Will Relaxing the Rules Make Nursing Home Residents Safer ?
Can we trust profit driven corporations such as long-term care facilities to do the right thing, the safe thing, if not required to do so?
Last November in the wake of the natural tragedy of Hurricane Irma (see my blog- Keeping Our Seniors Safe During Natural Disasters – The Time For Congress To Act Is Now!) we learned even with the emergency preparedness rules, some nursing home weren’t prepared and horribly neglected those they promised to care for . Who could forget those news reports of seniors suffering for days without air conditioning in the Florida heat?
The Centers for Medicare and Medicaid Services ( “CMS”) are proposing broad changes to the emergency preparedness requirements for nursing homes. In the best light these changes are designed to cut red tape and ease the burden on nursing home and will clear the way to focus on meaningful and effective policies without expensive duplicative procedures. But advocates for seniors are concerned –why are we looking to ease the responsibility on the companies that we are entrusting the care of our loved ones to?Why cut corners and take short cuts when planning for the next disaster? We already know more often than not that these facilities, filled with the elderly, ailing or disabled are dangerously understaffed. Do these changes create a scenario of understaffed AND unprepared?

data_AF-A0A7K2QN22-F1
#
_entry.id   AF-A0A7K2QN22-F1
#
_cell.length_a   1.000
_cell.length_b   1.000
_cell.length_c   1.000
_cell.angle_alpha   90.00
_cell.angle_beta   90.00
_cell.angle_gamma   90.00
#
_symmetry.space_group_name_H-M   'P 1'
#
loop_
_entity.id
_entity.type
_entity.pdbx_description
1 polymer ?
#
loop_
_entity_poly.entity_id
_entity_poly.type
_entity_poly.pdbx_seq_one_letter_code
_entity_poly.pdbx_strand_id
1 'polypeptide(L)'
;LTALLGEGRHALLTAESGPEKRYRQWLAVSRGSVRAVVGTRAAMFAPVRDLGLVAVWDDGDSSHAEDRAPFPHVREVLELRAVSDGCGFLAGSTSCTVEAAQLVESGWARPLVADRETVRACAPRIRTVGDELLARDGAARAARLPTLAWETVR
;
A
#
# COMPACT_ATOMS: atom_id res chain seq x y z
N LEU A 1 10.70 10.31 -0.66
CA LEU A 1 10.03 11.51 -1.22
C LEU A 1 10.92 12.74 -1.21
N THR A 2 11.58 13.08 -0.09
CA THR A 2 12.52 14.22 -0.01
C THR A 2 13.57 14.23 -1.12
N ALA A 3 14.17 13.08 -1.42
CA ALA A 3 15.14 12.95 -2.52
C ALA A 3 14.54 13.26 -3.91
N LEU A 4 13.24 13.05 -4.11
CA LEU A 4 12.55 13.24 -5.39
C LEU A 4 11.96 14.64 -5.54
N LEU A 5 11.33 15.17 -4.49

Here’s a quick look at the proposed changes:
• Emergency Program– This change gives the facilities the option to review their emergency program every two years. Our world and climate are constantly changing. Natural disasters manifest in dramatic and unprecedented ways. We are also faced with dangerous and life threatening acts of human behavior and violence daily. In an environment that is so rapidly changing neglecting a regular and diligent practice of review and assessment is dangerous.
• Emergency Plan– This change would eliminate certain documentation requirements. As a nursing home negligence attorney I know that documentation is paramount. In the event of injury, documentation is critical in proving your case. Proper attention to detail and documentation of efforts, does not take away from care, it enhances it.
• Training– The proposal is intended to give facilities greater flexibility in requirements, requiring only annual training. Really? Only one training opportunity for staff that may have zero background in emergency preparedness?
• Testing- I.E. Real Life Practice! The proposal seeks to require only one full scale community drill. That means the staff and residents have only one opportunity annually to practice a procedure that in an actual emergency could mean life or death.
Ultimately it has been my experience that unprepared and untrained employees are the weak link in an organization, especially a nursing home. We should not offer these companies more shortcuts when the price is so high. Those taking care of our loved ones cannot be prepared and trained enough and we should not ease up on regulations . See https://www.cms.gov/newsroom/fact-sheets/medicare-and-medicaid-programs-proposed-regulatory-provisions-promote-program-efficiency-0